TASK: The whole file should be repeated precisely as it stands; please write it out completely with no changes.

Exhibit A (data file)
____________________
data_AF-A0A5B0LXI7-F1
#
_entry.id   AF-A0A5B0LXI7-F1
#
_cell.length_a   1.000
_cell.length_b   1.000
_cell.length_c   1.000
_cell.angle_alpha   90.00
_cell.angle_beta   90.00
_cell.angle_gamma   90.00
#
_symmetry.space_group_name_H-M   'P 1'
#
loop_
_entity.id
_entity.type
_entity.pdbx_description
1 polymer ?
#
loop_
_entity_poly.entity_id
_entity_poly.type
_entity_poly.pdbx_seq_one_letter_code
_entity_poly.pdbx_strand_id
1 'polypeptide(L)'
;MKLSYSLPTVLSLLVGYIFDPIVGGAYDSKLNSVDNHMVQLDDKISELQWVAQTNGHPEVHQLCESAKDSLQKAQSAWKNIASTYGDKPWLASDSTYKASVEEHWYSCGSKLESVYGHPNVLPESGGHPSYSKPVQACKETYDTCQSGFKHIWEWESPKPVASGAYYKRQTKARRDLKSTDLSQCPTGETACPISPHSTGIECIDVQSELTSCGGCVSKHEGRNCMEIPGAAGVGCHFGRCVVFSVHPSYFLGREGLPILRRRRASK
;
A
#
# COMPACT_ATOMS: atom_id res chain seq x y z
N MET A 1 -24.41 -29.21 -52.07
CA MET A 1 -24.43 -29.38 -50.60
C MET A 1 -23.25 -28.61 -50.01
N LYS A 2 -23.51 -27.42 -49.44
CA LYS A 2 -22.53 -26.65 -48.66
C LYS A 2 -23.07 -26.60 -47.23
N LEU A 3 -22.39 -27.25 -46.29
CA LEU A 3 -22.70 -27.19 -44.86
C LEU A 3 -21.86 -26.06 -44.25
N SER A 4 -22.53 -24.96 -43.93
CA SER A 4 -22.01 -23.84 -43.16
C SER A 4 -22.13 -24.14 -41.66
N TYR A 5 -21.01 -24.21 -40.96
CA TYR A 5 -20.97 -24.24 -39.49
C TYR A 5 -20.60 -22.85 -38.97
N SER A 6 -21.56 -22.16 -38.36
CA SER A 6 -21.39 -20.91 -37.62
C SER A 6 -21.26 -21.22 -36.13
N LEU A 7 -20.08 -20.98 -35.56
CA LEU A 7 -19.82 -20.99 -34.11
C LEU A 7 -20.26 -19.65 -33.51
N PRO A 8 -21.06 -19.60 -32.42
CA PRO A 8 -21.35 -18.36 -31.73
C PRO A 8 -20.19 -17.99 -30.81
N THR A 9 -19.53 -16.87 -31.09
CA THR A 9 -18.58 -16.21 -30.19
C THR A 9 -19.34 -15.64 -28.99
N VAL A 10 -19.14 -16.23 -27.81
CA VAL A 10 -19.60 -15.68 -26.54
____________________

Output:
data_AF-A0A5B0LXI7-F1
#
_entry.id   AF-A0A5B0LXI7-F1
#
_cell.length_a   1.000
_cell.length_b   1.000
_cell.length_c   1.000
_cell.angle_alpha   90.00
_cell.angle_beta   90.00
_cell.angle_gamma   90.00
#
_symmetry.space_group_name_H-M   'P 1'
#
loop_
_entity.id
_entity.type
_entity.pdbx_description
1 polymer ?
#
loop_
_entity_poly.entity_id
_entity_poly.type
_entity_poly.pdbx_seq_one_letter_code
_entity_poly.pdbx_strand_id
1 'polypeptide(L)'
;MKLSYSLPTVLSLLVGYIFDPIVGGAYDSKLNSVDNHMVQLDDKISELQWVAQTNGHPEVHQLCESAKDSLQKAQSAWKNIASTYGDKPWLASDSTYKASVEEHWYSCGSKLESVYGHPNVLPESGGHPSYSKPVQACKETYDTCQSGFKHIWEWESPKPVASGAYYKRQTKARRDLKSTDLSQCPTGETACPISPHSTGIECIDVQSELTSCGGCVSKHEGRNCMEIPGAAGVGCHFGRCVVFSVHPSYFLGREGLPILRRRRASK
;
A
#
# COMPACT_ATOMS: atom_id res chain seq x y z
N MET A 1 -24.41 -29.21 -52.07
CA MET A 1 -24.43 -29.38 -50.60
C MET A 1 -23.25 -28.61 -50.01
N LYS A 2 -23.51 -27.42 -49.44
CA LYS A 2 -22.53 -26.65 -48.66
C LYS A 2 -23.07 -26.60 -47.23
N LEU A 3 -22.39 -27.25 -46.29
CA LEU A 3 -22.70 -27.19 -44.86
C LEU A 3 -21.86 -26.06 -44.25
N SER A 4 -22.53 -24.96 -43.93
CA SER A 4 -22.01 -23.84 -43.16
C SER A 4 -22.13 -24.14 -41.66
N TYR A 5 -21.01 -24.21 -40.96
CA TYR A 5 -20.97 -24.24 -39.49
C TYR A 5 -20.60 -22.85 -38.97
N SER A 6 -21.56 -22.16 -38.36
CA SER A 6 -21.39 -20.91 -37.62
C SER A 6 -21.26 -21.22 -36.13
N LEU A 7 -20.08 -20.98 -35.56
CA LEU A 7 -19.82 -20.99 -34.11
C LEU A 7 -20.26 -19.65 -33.51
N PRO A 8 -21.06 -19.60 -32.42
CA PRO A 8 -21.35 -18.36 -31.73
C PRO A 8 -20.19 -17.99 -30.81
N THR A 9 -19.53 -16.87 -31.09
CA THR A 9 -18.58 -16.21 -30.19
C THR A 9 -19.34 -15.64 -28.99
N VAL A 10 -19.14 -16.23 -27.81
CA VAL A 10 -19.60 -15.68 -26.54